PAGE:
- New Omicron variant, called XBB, spreading in Northeast US
- XBB able to evade antibodies from prior infection, vaccines, and monoclonal antibody treatments
- Vaccines may make people more susceptible to XBB and contribute to its rapid evolution
- XBB has evolved to elude antibodies induced by vaccines and breakthrough infections
- Bivalent vaccines reduce risk of getting infected by 30% while BA.5 variant spreading, but may be because workers who are more cautious are also more likely to get boosted
- Workers who received more vaccine doses at higher risk of getting sick: 3.4 times as likely to get infected with three more doses, 2.6 times as likely with two
A new variant of the coronavirus, called XBB, is spreading rapidly in the Northeast United States, according to public health experts. Some studies indicate that this variant is as different from the original virus strain, which originated in Wuhan, as the 2003 SARS virus.
It is not yet known if XBB is more deadly than other variants, but it has mutations that allow it to evade antibodies produced by prior infections and vaccines, as well as existing monoclonal antibody treatments, according to a Wall Street Journal publication .
There is also growing evidence that repeated vaccinations may make people more vulnerable to XBB and potentially contribute to the rapid evolution of the virus.
Prior to the emergence of the Omicron variant in Nov 2021, there were only four other variants of concern: Alpha, Beta, Delta, and Gamma.
Of these, only Alpha and Delta caused global outbreaks.
However, Omicron has spawned numerous descendants, many of which have appeared in different regions of the world and share some of the same mutations.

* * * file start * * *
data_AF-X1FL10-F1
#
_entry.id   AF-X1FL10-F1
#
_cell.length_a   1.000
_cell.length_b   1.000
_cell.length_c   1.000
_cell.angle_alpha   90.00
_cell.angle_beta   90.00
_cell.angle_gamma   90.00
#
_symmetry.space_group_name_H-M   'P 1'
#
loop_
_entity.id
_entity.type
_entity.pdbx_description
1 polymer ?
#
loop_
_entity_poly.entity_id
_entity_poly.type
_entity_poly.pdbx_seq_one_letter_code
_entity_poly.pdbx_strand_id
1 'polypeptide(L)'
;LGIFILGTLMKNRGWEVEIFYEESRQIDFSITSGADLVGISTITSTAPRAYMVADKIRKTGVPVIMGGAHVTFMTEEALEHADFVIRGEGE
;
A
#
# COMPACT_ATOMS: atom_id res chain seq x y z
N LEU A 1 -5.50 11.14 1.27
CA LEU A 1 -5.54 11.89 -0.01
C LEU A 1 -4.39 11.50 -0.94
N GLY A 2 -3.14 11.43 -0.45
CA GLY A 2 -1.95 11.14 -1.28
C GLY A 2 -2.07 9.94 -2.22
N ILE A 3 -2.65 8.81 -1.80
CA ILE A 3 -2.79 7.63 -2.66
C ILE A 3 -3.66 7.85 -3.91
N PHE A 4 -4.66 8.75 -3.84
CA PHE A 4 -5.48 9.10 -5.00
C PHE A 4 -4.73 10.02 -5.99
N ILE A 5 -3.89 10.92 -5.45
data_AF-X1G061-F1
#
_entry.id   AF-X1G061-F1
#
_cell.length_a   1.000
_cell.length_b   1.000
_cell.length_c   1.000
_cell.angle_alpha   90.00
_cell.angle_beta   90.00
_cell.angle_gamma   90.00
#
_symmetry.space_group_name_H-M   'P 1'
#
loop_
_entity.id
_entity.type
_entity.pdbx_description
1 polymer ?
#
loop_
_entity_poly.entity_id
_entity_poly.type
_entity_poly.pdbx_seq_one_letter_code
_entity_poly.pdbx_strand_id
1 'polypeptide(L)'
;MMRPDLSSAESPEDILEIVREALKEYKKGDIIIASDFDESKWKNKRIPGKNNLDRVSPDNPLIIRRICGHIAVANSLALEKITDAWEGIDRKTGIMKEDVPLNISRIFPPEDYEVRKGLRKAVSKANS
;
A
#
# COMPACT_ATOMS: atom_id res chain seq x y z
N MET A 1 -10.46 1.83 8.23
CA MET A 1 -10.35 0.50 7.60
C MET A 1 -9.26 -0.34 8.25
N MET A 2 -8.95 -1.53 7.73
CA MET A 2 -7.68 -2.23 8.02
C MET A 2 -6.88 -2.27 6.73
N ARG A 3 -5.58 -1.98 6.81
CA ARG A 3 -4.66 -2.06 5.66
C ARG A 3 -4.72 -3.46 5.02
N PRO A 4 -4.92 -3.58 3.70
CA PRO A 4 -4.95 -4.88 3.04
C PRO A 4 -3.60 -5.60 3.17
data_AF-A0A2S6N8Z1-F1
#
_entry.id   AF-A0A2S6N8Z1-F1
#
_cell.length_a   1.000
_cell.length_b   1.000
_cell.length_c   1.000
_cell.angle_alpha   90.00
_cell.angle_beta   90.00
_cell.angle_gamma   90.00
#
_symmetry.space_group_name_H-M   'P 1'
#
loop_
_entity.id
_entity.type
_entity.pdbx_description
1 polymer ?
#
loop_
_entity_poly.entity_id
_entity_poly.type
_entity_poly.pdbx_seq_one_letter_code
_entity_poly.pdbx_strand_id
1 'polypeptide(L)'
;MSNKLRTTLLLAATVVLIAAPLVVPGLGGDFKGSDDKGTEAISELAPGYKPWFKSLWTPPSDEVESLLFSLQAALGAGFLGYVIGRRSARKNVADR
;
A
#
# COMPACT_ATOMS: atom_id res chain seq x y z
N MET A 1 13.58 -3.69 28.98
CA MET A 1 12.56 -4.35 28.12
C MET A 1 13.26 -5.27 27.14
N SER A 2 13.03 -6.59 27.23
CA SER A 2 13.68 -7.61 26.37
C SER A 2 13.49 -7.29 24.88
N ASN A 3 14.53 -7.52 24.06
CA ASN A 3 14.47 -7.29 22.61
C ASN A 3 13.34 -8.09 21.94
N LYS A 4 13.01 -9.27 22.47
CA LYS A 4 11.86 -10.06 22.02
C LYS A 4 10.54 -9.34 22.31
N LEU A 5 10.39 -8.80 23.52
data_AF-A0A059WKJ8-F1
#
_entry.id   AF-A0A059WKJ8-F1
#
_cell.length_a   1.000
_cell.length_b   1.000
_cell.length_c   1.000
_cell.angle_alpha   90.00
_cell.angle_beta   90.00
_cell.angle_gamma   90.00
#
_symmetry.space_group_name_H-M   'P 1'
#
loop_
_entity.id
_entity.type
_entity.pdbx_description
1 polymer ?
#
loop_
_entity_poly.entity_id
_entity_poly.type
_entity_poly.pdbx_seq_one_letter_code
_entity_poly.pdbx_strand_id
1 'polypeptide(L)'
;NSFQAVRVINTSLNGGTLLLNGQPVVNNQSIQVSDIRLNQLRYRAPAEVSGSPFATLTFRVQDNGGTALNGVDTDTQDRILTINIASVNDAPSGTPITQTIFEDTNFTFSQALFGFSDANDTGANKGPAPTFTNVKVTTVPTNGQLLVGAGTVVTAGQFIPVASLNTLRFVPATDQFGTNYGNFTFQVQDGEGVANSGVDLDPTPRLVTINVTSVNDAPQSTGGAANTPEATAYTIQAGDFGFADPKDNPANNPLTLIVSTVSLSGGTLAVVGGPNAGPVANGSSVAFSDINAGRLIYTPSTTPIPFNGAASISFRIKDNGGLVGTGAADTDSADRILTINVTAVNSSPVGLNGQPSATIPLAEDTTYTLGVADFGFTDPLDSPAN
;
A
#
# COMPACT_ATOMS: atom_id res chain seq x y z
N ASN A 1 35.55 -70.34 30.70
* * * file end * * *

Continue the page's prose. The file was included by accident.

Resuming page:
“Such rapid and simultaneous emergence of multiple variants with enormous growth advantages is unprecedented,” according to a study published in the journal Nature.
The virus appears to have developed mutations that enable it to transmit more easily and escape antibodies elicited by vaccines and prior infections under selective evolutionary pressures.
The Nature study suggests that the process of “immune imprinting” may be contributing to the evolution of the virus. Vaccines are designed to train the immune system to remember and fight off the original Wuhan strain.
However, when new and significantly different strains emerge, the immune system may not respond as effectively.
Bivalent vaccines, which target both the Wuhan and BA.5 variants, stimulate the immune system to produce antibodies that target common regions of the two strains.
In evolutionary terms, mutations that allow the virus to evade these common antibodies are more likely to survive and thrive, making the virus “fitter.”
XBB has evolved to elude antibodies induced by vaccines and prior infections.
Therefore, the Nature study suggests that “current herd immunity and BA.5 vaccine boosters may not efficiently prevent the infection of Omicron convergent variants.”
A study published in the New England Journal of Medicine last month provides further evidence of the vulnerability caused by immune imprinting.
Neutralizing antibodies in people who received the bivalent vaccine were 26 times as high against the original Wuhan strain as they were against XBB and four times as high as they were against Omicron and the BA.5 variant.
Similarly, a study published in the journal Cell this month found that antibody levels in people who received four shots were 145 times as high against the original Wuhan strain as they were against XBB.
While a bivalent booster slightly increased antibodies against XBB, experts claim that boosters improve protection against this variant.
A Cleveland Clinic study tracked the health of its healthcare workers and found that bivalent vaccines reduced the risk of infection by 30% while the BA.5 variant was spreading.
However, the study also found that workers who received more doses were at a higher risk of getting sick.
Those who received three or more doses were 3.4 times as likely to get infected as the unvaccinated, while those who received two doses were only 2.6 times as likely.
“This is not the only study to find a possible association with more prior vaccine doses and higher risk of COVID-19,” the authors of the Cleveland Clinic study noted.
“We still have a lot to learn about protection from COVID-19 vaccination, and in addition to a vaccine’s effectiveness it is important to examine whether multiple vaccine doses given over time may not be having the beneficial effect that is generally assumed.”